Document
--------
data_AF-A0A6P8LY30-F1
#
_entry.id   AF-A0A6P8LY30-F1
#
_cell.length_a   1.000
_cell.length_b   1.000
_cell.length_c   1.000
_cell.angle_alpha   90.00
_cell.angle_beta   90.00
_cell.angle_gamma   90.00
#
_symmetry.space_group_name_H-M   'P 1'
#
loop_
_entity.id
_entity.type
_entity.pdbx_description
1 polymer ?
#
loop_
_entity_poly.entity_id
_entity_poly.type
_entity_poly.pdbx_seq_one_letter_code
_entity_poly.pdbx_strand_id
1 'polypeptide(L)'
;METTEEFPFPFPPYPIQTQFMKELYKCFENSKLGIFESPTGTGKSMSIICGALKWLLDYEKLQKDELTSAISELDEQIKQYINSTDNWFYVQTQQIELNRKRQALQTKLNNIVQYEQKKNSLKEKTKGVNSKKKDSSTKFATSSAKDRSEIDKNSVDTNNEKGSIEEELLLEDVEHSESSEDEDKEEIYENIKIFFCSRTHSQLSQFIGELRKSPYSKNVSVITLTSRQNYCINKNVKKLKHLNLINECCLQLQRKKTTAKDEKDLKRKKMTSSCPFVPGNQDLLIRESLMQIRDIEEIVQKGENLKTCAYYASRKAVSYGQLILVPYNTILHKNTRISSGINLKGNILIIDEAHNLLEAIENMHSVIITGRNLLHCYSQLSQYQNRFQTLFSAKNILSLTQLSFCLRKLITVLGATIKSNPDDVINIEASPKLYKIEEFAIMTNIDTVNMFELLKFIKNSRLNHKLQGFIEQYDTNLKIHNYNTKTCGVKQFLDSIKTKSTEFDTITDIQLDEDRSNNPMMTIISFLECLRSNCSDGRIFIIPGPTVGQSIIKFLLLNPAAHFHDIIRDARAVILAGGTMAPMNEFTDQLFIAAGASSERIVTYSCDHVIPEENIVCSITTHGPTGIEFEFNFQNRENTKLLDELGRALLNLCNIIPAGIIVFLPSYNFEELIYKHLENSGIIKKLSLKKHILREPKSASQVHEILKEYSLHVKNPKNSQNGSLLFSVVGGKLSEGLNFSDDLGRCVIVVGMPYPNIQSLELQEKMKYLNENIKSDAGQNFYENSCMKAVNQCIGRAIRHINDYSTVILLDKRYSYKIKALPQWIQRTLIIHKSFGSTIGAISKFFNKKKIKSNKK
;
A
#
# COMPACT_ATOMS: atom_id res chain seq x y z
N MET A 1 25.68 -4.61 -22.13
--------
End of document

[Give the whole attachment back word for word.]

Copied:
data_AF-A0A6P8LY30-F1
#
_entry.id   AF-A0A6P8LY30-F1
#
_cell.length_a   1.000
_cell.length_b   1.000
_cell.length_c   1.000
_cell.angle_alpha   90.00
_cell.angle_beta   90.00
_cell.angle_gamma   90.00
#
_symmetry.space_group_name_H-M   'P 1'
#
loop_
_entity.id
_entity.type
_entity.pdbx_description
1 polymer ?
#
loop_
_entity_poly.entity_id
_entity_poly.type
_entity_poly.pdbx_seq_one_letter_code
_entity_poly.pdbx_strand_id
1 'polypeptide(L)'
;METTEEFPFPFPPYPIQTQFMKELYKCFENSKLGIFESPTGTGKSMSIICGALKWLLDYEKLQKDELTSAISELDEQIKQYINSTDNWFYVQTQQIELNRKRQALQTKLNNIVQYEQKKNSLKEKTKGVNSKKKDSSTKFATSSAKDRSEIDKNSVDTNNEKGSIEEELLLEDVEHSESSEDEDKEEIYENIKIFFCSRTHSQLSQFIGELRKSPYSKNVSVITLTSRQNYCINKNVKKLKHLNLINECCLQLQRKKTTAKDEKDLKRKKMTSSCPFVPGNQDLLIRESLMQIRDIEEIVQKGENLKTCAYYASRKAVSYGQLILVPYNTILHKNTRISSGINLKGNILIIDEAHNLLEAIENMHSVIITGRNLLHCYSQLSQYQNRFQTLFSAKNILSLTQLSFCLRKLITVLGATIKSNPDDVINIEASPKLYKIEEFAIMTNIDTVNMFELLKFIKNSRLNHKLQGFIEQYDTNLKIHNYNTKTCGVKQFLDSIKTKSTEFDTITDIQLDEDRSNNPMMTIISFLECLRSNCSDGRIFIIPGPTVGQSIIKFLLLNPAAHFHDIIRDARAVILAGGTMAPMNEFTDQLFIAAGASSERIVTYSCDHVIPEENIVCSITTHGPTGIEFEFNFQNRENTKLLDELGRALLNLCNIIPAGIIVFLPSYNFEELIYKHLENSGIIKKLSLKKHILREPKSASQVHEILKEYSLHVKNPKNSQNGSLLFSVVGGKLSEGLNFSDDLGRCVIVVGMPYPNIQSLELQEKMKYLNENIKSDAGQNFYENSCMKAVNQCIGRAIRHINDYSTVILLDKRYSYKIKALPQWIQRTLIIHKSFGSTIGAISKFFNKKKIKSNKK
;
A
#
# COMPACT_ATOMS: atom_id res chain seq x y z
N MET A 1 25.68 -4.61 -22.13